Can a short skirt label me “easy” along with the price tag?
Can my uncovered piercing give free rein to indecent comments or half-open mouths ready to taste you in thoughts (if you're lucky)?
Can a flirty boot make me feel slutty?
Is it right to leave those fishnet stockings closed in the closet, in the company of that fuchsia lace top or with that short tank top that you have longed for and that is now sleeping in the dark because you feel wrong wearing it?
Is it normal to give up something you like, in order to avoid words, comments, alluring glances at the town bar?
Why is this happening? And why, in the end, is it always me who gives up? Is it always us?
Do you remember the story of privilege? Here it comes back, of course. In fact, privilege is the child and consequence of society and society, as you well know by now, is based on patriarchy.
Ugly beast, eh, the patriarchy ; he has decided to represent us as purely sexual objects, as decorations, as a target, as a topic of discussion for everything we do, for everything we say, for what we decide to wear.
Ugly beast, yes, because because of these paradigms we feel and will always feel the object of insults, judgements, looks; a sort of infinite and tireless pungiball . But tired we are, yes we are.
Ugly beast, yes, because it makes me and makes us give up something for fear of being looked at and judged negatively; then, if we don't give up and decide to dress in any way, we know from the outset that "we'll make people talk". All this happens because even today, in 2021, there is a very strong patriarchal culture that sees women (and their bodies, in particular) as mere sexual objects made available to men. In this way, however, not only are we sexually objectified, but we don't even enjoy the freedom that every human being should have, that freedom to make decisions for oneself, to be sexually explicit for oneself because "no, this is not good". .
We have immersed ourselves * all * in this culture; the same that, in fact, leads men first of all (but not only) to feel free to be able to behave as they want without anyone saying anything; the same one that allows them to express aloud what's on their mind, putting us in difficulty, making us feel uncomfortable and above all making us feel wrong and, believe me, it's not a good feeling.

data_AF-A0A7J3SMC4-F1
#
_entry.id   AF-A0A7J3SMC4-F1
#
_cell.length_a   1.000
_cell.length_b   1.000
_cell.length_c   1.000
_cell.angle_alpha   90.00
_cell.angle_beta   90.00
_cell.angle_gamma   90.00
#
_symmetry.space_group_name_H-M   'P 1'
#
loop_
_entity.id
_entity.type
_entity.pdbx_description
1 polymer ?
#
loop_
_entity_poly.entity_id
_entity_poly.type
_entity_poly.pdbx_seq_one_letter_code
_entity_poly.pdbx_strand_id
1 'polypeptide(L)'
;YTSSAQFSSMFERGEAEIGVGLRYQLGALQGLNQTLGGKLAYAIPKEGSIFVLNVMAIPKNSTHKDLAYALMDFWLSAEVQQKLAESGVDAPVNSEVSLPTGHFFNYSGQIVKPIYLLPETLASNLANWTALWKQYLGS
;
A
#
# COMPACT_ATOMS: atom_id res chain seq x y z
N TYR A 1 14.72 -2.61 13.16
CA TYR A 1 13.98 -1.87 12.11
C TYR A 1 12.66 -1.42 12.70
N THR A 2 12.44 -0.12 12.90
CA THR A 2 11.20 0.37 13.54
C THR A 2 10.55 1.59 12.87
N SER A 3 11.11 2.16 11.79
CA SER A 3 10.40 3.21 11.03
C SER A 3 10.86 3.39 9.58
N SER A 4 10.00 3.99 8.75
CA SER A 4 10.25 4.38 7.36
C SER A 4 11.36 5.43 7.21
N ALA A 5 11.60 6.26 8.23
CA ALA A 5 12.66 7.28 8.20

"But don't care, who cares..." - "So you play their game, you're weak, you'll always be weaker" - "Don't pay attention, they don't count for anything...". Yet, those comments and those looks have always counted for something.
Personally I've always had (and still have) a complex relationship with my body, just as I've always had a strange and complex relationship with the clothes I decided to wear (but here too, be ready for another story). I spent my teenage years pondering my every outfit choice; I "dared" with short dresses, denim miniskirts and sheer tights, but (because a but never fails) I've always tried to stay within the threshold that I myself defined as "of modesty", because well, you never know.
Yet, strangely, that wasn't enough.
Yet, that threshold of decency was kicked in the face and paved every time. And then, if we think about it, who decides what this threshold is?
And yet, that denim skirt has often made me the subject of discussions, because "You're a little too naked", "Your ass can be seen", "Kill those legs", "A little more, come on".
Why do I have to feel wrong about wearing something?
Why can't I feel comfortable in the clothes I choose, without worrying about being judged, pointed at, sexually harassed and offended?
We are born and grow up in a society that establishes "rules" and we must comply with these rules, or rather, should comply. These rules tell you that if you want to be spared, you don't have to uncover yourself, you don't have to show your ass, you can't go around without a bra with your nipples in sight, if you can see your thong you're someone who likes to have sex and so on. 'infinite.
Remember, however, that if you decide to break these "rules" imposed by society, well, it will always and only be your fault. In the worst case, then, "dressed like this, she asked for it".
Society doesn't help us, but it never helps us at all.
It doesn't help us because it puts us under pressure, it continually offers us fake, impossible and non-existent models of beauty. It doesn't help us because it deludes us, at least it tries, then it's up to you to have the strength to row against, to work on yourself and understand that you're okay with it, regardless.
It doesn't help us because we have to be told how slutty we are dressed up like this, how much we could have thought about it before choosing those jeans, how absolutely out of place we are in that transparent shirt. We have to put up with male but also female judges because unfortunately, and I'm sorry to say it, slut shaming is a social phenomenon that affects men and women without distinction (those who have never felt their eyes on a dress or a look that is a little too – according to them – provocative?).
It doesn't help us because whatever we decide to wear, it will send a message.
It doesn't help us because it makes us feel guilty about something that has nothing to do with guilt and guilt is the most dangerous key that, time after time, pushes harder and harder until we become nothing, until we feel like nothing.
Because of this society that never helps us, but rather always complicates everything.
The central point, however, is always and only one: if I decide to wear one thing rather than another, I don't have to justify myself nor do I have to be judged.
My clothing does not determine my person; my clothing has to make me look and feel good.